Firefly vs. the Firing Squad
So Firefly's a terminal case, and it's easy to understand why. Its ratings are in the tank, at least as far as Fox is concerned, even though more people are apparently watching Firefly than either Buffy or Angel. And numerous critics (and presumably viewers) gave up on the show after a lackluster first episode mandated by Fox after the network nixed the show's original pilot.
But here's the nasty little secret: Firefly is an absolutely brilliant show, perhaps the best sci-fi show on television today -- and certainly the one with the most potential for future brilliance. In the weeks since its weak opening episodes, the series has run off a string of seven strong shows that would be the envy of any other TV show on the air today.
This summer, it appeared that Whedon's Mutant Enemy production company had bitten off more than it could chew. Buffy was in disarray after a creatively disastrous season; Angel was reeling from the loss of showrunner David Greenwalt and lukewarm support from the Buffy-less WB network; and Firefly's pilot had been sent back to the kitchen. It looked like Whedon and his gang had overplayed their hand; the results weren't going to be pretty, and in the end it looked like the TV wunderkind was going to have plenty of spare time in which to write that stage musical or screenplay that he'd always been meaning to get to during Buffy downtime.
But a funny thing happened on the way to the charnel house. Whedon and his creative team proved that, far from being one-hit wonders, they're some of the best talents working in television today. Buffy has rebounded with what might be its best season in four years, and Angel has so thrived on its own that The WB is moving it to Wednesday nights in hopes that it can clean up the pile of leather and mascara left behind by Birds of Prey.
And then there's Firefly. Perhaps the show's toughest sell, judging from its first few episodes, is that it's sort of a western. Set on other planets and in outer space, sure, but with jangly country-western music and dusty frontiers populated by cows, horses, and dirty men in overalls who actually say "dadgummit."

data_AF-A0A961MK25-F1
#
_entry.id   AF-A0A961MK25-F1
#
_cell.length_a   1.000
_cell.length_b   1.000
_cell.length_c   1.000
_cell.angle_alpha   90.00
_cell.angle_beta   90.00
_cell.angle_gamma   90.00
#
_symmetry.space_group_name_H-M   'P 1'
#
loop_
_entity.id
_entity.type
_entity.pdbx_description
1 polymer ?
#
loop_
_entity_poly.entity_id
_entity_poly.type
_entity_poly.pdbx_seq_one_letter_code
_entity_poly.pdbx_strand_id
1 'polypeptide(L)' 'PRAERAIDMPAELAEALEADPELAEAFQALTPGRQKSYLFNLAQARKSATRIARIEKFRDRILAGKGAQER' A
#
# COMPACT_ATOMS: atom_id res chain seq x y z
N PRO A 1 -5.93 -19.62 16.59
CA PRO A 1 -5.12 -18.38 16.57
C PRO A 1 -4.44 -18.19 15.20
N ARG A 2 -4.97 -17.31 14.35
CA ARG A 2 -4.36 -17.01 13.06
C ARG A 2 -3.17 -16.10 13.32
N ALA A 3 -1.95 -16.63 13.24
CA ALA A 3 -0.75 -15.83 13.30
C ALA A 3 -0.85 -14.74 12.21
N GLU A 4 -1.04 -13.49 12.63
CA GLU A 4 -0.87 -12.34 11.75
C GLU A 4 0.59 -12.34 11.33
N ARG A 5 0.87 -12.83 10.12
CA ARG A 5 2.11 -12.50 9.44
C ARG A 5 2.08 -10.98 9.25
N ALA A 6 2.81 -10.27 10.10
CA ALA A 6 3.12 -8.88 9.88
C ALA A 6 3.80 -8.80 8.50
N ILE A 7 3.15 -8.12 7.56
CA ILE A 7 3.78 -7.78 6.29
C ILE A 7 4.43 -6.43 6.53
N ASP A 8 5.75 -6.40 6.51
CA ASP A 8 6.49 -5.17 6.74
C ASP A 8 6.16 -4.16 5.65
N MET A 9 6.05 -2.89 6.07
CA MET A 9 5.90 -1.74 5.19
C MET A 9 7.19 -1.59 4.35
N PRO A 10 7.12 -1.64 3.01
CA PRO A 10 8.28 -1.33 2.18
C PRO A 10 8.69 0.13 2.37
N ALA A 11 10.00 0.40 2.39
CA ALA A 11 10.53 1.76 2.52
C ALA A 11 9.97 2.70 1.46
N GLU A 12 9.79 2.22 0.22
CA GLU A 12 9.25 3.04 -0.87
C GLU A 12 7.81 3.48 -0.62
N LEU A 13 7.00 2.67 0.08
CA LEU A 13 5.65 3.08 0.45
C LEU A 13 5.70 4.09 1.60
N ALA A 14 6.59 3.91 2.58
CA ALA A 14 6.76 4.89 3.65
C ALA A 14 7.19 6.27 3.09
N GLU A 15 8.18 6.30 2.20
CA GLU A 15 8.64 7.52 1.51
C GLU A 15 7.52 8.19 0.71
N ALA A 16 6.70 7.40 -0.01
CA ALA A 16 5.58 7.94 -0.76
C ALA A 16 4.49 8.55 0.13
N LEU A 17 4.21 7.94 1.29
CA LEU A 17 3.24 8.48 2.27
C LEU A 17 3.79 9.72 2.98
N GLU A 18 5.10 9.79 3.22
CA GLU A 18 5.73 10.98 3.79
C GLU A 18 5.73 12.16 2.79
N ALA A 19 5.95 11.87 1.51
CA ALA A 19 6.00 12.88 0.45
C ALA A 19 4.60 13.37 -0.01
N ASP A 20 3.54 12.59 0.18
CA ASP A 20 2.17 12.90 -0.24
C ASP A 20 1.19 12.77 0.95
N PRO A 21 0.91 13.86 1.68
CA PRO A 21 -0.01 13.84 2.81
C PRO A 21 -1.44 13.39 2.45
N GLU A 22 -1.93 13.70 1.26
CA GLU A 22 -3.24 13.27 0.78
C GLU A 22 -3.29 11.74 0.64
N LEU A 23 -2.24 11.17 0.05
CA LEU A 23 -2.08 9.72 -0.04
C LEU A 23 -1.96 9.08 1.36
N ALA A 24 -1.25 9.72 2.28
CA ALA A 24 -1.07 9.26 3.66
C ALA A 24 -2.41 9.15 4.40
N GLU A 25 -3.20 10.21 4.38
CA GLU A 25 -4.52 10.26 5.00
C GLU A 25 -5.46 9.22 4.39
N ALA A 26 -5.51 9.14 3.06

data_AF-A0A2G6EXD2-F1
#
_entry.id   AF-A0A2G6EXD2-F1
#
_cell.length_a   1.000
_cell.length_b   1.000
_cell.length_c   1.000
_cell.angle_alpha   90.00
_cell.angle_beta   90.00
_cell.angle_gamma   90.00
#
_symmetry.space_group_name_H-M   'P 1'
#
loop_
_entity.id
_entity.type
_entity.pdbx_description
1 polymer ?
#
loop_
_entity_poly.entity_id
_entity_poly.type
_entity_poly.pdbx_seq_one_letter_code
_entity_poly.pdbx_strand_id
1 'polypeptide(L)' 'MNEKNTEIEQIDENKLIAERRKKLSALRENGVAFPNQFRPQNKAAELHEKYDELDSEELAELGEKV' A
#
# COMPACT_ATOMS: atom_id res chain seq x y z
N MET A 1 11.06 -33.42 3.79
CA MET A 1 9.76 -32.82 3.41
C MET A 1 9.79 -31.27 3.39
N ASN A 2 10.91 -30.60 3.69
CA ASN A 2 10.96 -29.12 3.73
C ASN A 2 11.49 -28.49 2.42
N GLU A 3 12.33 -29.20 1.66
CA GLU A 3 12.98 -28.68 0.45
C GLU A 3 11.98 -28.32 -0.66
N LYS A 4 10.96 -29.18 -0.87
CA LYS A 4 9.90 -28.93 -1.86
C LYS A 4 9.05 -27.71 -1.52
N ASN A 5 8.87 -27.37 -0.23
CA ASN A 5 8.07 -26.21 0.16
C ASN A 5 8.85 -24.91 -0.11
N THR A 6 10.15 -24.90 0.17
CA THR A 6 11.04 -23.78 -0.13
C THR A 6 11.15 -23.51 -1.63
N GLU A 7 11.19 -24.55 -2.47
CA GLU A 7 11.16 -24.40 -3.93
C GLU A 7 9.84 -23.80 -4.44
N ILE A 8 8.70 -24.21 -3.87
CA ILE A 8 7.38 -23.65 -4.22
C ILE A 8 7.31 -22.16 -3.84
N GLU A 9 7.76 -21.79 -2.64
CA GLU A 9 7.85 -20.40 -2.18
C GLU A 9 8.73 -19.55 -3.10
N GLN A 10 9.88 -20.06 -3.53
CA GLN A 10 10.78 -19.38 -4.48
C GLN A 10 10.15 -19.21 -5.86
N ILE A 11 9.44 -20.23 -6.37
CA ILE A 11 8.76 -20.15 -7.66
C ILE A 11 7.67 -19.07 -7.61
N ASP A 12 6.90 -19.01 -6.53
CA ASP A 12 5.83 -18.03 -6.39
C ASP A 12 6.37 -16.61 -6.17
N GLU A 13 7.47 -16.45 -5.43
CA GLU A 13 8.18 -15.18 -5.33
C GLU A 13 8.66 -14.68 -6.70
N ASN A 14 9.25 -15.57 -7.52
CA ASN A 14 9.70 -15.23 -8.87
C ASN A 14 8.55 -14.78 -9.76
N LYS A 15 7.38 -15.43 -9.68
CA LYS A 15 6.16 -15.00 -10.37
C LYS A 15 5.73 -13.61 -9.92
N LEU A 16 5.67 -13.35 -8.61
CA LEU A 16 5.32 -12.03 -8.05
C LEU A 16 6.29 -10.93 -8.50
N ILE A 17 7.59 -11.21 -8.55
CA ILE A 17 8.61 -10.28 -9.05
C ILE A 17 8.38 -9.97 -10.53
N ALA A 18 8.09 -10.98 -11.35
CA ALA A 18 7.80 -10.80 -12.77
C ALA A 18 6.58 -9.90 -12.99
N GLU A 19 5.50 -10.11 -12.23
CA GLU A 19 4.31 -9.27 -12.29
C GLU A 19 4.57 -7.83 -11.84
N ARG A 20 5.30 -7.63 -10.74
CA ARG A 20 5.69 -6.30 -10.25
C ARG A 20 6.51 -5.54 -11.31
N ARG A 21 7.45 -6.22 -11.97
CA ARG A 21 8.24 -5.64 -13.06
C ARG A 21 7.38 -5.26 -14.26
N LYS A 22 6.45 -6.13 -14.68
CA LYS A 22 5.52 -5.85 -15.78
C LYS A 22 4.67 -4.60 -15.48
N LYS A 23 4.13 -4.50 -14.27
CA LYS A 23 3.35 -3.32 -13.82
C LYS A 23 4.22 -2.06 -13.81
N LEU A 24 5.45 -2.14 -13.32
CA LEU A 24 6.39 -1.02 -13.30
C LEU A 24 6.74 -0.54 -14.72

Only after a dozen episodes does Firefly's depth and versatility really show through. In past weeks, the show has managed to slide between taut locked-in-a-spaceship drama, wacky old-west-cotillion shenanigans, and a terrifyingly violent confrontation in a sterile high-tech medical facility. This show that seemed to have painted itself into a corner with its images of horses and dust bowls turns out to actually have a remarkably broad canvas, with highly industrialized "core planets" straight out of standard sci-fi, as well as poor, low-tech backwoods worlds that rely on incoming starships the way an old west town would wait for the stagecoach to arrive. And given the series' striking use of Mandarin as well as English, one can only assume that there are some Chinese cultures out there to explore as well.
Filling out the canvas is Firefly's ensemble, a stage-choking nine members strong. Are you like me? Do you see a show with a half-dozen characters and start having trouble telling them apart? Like those three interchangeable guys on Enterprise, who are exactly the same character except that one of them is black and one is English.
Enterprise only has seven characters. But Firefly, loaded up with two more characters than your standard Trek ensemble, accomplishes something that I never thought possible: each character is well-defined, can't be mistaken for a different character, and has traits that contribute to making the show fun to watch. Holding it all together is Nathan Fillion as Captain Malcolm Reynolds, no longer one of those guys with the girl at the pizza place. Instead, he's playing the lovable rogue who's, to his chagrin, actually a Hero with a capital H. Reynolds is far from perfect, and is certainly not above thievery -- in fact, he and his crew seem to make most of their living by stealing -- yet when there's a moral decision to be made, he's always on the side of good.
The other characters include a rare married couple (whose marriage is, in many ways, portrayed more realistically than most non-sci-fi shows), a fugitive pretty-boy doctor and his mentally ill savant sister, a high-class call girl, a cute-as-a-button grease-monkey engineer, and a preacher with a mysterious past (played by the fantastic Ron Glass of Barney Miller fame).
And then there's the topper: Adam Baldwin's portrayal of Jayne. Jayne is everything that Reynolds is not: dishonorable, rude, and cowardly. If Whedon's learned anything from his previous shows, it's that a series regular who stands in opposition to his other characters works wonders. An anti-character can make your other characters look more heroic in comparison, and is pretty damned good with the comic relief as well. And although this bearded lummox with a tendency to steal from his crewmates seems pretty far removed from Charisma Carpenter's cheerleader queen in the early years of Buffy, they serve identical purposes.
Even if Firefly is being snuffed out, it's still a milestone for Joss Whedon and his team. Stripped of his sly pop-culture references by the show's far-future setting, Whedon has proven that he can write hilarious comedy mixed with equal parts character drama and bang-up suspense. Buffy was no fluke. The people at Mutant Enemy can make great TV, and with appalling consistency.
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